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Archive for May 13th, 2013

Peter Enns meme

A post over at Justin Taylor’s blog on The Loss of Historical Adam and the Death of Exegesis has generated a lot of comments and discussion, some of it being rather tense.  I also had an exchange with a guy name Hank who was going around trolling against those who believe in the historical Adam.  For those who are interested, the thread of that brief exchange (thus far) can be found here, and he began commenting after he said he read my essay critical of Peter Enns’ methodology.  To spare the blow by blow details, my latest response follows below.  What else could you add?

Hank,

3.) “I’m just saying you seem like a young amateur in biblical studies–perhaps an MDiv–but certainly not someone who has written and exposed his ideas to learned and critical scrutiny.”

 Response: Let’s say I’m a young amateur.  To think this is a refutation is simply to commit an ad hominem fallacy and doesn’t prove your assertion that I’m just recycling others’ criticisms, that my arguments are wrong, etc.  Let’s say hypothethically you are older and more knowledgeable than I with your condescending tone towards me.  As the older and knowledgeable man, I would appreciate it if you not make a false appeal to authority but teach a younger man such as myself of how one interact with others fairly and reasonably: Please LOGICALLY DEMONSTRATE how my critique was wrong rather than merely asserting it and straw-man it. Ironically this whole time you have only been making assertions, and not offer critical scrutiny and interactions.  Show an amateur like me how someone in the major leagues like you behave and engage in reasonable and charitable interactions, intead of acting like a juvenile Enns’ fan boy.

 Truth be told, I have been following Enns for a few years now and I don’t know what the big deal with him is since Enns problem is more philosophically basic than how to weigh ANE evidences–if you recall in the essay that you said you read, I argue that the precommitments behind his bibliology would make rational discourse unintelligible and meaningless such as the very ones you expect others to engage in.  Can you resolve this dilemma of Enns’ methodological precommitments?

4.) “That is not ad hominem, but from what I see a reasonable conclusion.”

Response: You might want to brush up on logic.  You are committing a logical fallacy of ad hominem since you fail to address anything substantial in our exchange but simply shift the topic to something concerning the other person.

5.) ” I do see, though, that you are versed in the rhetoric of apologists: never answer questions only ask them.”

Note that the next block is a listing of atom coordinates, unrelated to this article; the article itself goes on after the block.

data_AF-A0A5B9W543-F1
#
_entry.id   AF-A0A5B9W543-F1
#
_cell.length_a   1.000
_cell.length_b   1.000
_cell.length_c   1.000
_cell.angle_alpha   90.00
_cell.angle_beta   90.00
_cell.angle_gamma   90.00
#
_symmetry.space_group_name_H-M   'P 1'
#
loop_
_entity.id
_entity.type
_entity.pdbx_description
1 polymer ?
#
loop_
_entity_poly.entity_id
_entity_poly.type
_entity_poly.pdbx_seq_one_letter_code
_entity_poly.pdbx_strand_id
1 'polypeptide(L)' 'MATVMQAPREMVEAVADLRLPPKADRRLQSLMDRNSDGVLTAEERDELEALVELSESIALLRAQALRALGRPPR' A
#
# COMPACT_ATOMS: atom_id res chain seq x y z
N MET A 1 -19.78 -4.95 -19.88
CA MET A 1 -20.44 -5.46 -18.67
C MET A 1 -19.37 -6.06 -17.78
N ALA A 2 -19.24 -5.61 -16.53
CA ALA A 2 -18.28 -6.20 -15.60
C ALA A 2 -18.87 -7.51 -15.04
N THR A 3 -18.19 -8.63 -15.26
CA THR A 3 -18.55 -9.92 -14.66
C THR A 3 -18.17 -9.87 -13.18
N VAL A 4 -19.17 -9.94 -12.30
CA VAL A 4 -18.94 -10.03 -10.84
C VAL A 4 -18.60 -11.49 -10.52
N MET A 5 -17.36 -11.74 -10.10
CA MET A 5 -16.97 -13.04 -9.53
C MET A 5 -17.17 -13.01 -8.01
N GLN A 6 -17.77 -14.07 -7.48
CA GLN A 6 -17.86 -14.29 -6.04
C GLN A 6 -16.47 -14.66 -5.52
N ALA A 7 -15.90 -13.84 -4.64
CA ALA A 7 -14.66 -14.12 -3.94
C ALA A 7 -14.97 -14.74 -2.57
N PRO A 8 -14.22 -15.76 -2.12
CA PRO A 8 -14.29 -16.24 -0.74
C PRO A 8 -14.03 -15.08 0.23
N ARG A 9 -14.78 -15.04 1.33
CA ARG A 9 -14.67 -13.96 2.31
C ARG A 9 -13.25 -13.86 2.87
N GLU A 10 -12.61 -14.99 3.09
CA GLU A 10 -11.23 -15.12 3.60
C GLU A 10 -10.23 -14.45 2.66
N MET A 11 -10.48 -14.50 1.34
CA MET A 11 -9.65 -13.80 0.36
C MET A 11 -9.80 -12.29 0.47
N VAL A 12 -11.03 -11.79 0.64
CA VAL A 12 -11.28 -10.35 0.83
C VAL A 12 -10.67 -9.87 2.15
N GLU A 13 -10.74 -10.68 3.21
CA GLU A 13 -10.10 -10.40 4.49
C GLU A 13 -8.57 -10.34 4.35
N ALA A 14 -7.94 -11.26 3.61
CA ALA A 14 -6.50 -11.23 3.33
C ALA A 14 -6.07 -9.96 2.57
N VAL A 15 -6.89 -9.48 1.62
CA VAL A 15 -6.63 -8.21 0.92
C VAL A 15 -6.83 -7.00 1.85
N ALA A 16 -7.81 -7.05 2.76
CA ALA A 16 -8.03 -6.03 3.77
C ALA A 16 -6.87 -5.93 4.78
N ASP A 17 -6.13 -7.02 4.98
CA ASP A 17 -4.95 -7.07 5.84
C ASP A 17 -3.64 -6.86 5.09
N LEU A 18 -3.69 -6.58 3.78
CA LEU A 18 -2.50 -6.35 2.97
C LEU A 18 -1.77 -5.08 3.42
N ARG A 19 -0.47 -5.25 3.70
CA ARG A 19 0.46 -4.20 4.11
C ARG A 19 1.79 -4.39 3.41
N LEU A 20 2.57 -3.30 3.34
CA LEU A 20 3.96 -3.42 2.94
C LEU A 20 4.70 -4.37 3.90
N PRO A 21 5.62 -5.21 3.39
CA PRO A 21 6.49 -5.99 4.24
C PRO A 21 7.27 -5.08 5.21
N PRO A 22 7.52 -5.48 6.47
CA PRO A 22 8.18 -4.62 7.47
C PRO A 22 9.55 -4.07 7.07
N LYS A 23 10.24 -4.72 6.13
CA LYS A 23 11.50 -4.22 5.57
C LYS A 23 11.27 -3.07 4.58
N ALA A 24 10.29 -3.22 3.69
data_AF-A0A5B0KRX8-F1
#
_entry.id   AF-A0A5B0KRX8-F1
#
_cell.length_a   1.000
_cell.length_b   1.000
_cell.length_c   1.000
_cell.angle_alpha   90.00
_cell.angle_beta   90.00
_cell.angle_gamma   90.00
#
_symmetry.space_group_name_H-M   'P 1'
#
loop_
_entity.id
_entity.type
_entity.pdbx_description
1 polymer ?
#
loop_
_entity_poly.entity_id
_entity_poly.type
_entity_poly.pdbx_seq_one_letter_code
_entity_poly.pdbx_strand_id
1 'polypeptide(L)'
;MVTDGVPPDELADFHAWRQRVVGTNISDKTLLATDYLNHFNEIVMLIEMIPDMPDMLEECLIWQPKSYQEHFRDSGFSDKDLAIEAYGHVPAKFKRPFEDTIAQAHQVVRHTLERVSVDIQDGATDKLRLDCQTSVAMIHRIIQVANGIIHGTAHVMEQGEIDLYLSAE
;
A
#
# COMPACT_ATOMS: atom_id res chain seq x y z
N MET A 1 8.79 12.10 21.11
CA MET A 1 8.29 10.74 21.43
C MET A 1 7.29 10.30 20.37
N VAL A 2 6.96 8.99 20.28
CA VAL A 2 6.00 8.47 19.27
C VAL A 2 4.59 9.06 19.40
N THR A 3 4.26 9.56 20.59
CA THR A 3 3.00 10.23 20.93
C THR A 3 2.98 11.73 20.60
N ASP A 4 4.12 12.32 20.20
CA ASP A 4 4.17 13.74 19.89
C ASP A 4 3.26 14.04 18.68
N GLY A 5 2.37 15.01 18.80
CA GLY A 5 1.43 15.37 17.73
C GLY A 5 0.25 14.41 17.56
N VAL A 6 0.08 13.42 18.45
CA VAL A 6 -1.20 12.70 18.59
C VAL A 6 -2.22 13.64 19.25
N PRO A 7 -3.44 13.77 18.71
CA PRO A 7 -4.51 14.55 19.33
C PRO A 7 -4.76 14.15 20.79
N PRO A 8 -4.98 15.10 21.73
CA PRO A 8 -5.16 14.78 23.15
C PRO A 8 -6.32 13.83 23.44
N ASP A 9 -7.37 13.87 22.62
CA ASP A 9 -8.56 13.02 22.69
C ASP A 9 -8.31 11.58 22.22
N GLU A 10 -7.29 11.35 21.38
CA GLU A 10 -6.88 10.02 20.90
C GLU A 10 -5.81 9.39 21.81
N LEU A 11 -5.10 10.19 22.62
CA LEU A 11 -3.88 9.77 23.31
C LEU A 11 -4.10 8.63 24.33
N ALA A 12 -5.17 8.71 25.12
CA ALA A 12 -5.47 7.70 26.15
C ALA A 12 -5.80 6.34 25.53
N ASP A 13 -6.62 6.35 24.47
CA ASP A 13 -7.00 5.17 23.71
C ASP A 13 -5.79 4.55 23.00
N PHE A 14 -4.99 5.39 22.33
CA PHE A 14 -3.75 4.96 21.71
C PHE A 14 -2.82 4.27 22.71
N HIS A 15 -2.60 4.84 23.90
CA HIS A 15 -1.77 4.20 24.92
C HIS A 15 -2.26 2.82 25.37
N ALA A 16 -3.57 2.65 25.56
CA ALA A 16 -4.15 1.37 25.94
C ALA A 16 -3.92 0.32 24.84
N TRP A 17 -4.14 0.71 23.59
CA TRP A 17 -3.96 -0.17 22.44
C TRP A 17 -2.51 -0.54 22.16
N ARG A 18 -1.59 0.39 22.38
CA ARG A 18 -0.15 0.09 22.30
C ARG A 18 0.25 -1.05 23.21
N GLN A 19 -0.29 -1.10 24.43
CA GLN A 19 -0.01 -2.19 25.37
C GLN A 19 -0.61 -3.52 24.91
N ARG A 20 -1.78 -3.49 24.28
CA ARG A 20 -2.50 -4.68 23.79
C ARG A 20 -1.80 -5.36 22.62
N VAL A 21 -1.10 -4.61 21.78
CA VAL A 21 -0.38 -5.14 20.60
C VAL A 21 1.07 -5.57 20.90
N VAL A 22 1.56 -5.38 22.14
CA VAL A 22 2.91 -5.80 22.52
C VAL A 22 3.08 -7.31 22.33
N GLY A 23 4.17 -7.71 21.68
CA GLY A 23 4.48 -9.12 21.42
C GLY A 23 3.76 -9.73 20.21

Response: It’s flat out incorrect for you to say this since I have answered your questions.  Read it again.  If you disagree, can you point out which one of your questions that I have not answered ?  There was a question that I asked of you for further explanation so that I can answer it which ironically, you did not answer.  Just looking at our exchange I find it ironic (yet once again) that the very thing you said about me is actually true about yourself in our exchange.  It is you who never answer questions or inquiry.  If I can remind you of what my inquiries you leave unanswered:

(a) Can you be more specific of what it is in my post that is merely “repeating the reactions of others”?

(b) Can you (1) show something I said (2)that  has been stated by someone else before (links and book citation would be nice)?

(c) I’m curious to see how Enns deal with the methodological problems driving his position. Or how you would answer for that matter.

(d)What constitute for you a “serious background” in Biblical studies?

(e) I think it’s legitimate also as well to ask whether your credentials is up to par with the standard you are putting me through concerning “SERIOUS Background” in the mentioned areas of study.

One last thing:  I finally looked at other comments on here and seeing your comments to others I just wanted to point out that you have the rhethoric of an Enns’ troll.

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William Barrick

Central Seminary recently asked Old Testament professor Dr. William Barrick to speak for their MacDonald Lecture series on the topic of Biblical creationism and Biblical authority.

These are hot topics today during a time where people attack the subject of Biblical creation, the historicity of Adam and the hermeneutics of Genesis.

Listen to them, follow along with the PDF document, enjoy it and be equipped!

General Sessions

Creation Outside Genesis   PDF

The Historicity of Adam    PDF

The Problem of Death       PDF

The Creation Record: Is It Poetry?     PDF

Question and Answer Sessions

Monday Q & A

Tuesday Q & A

UPDATE: To have this save on your device as a podcast, click HERE.

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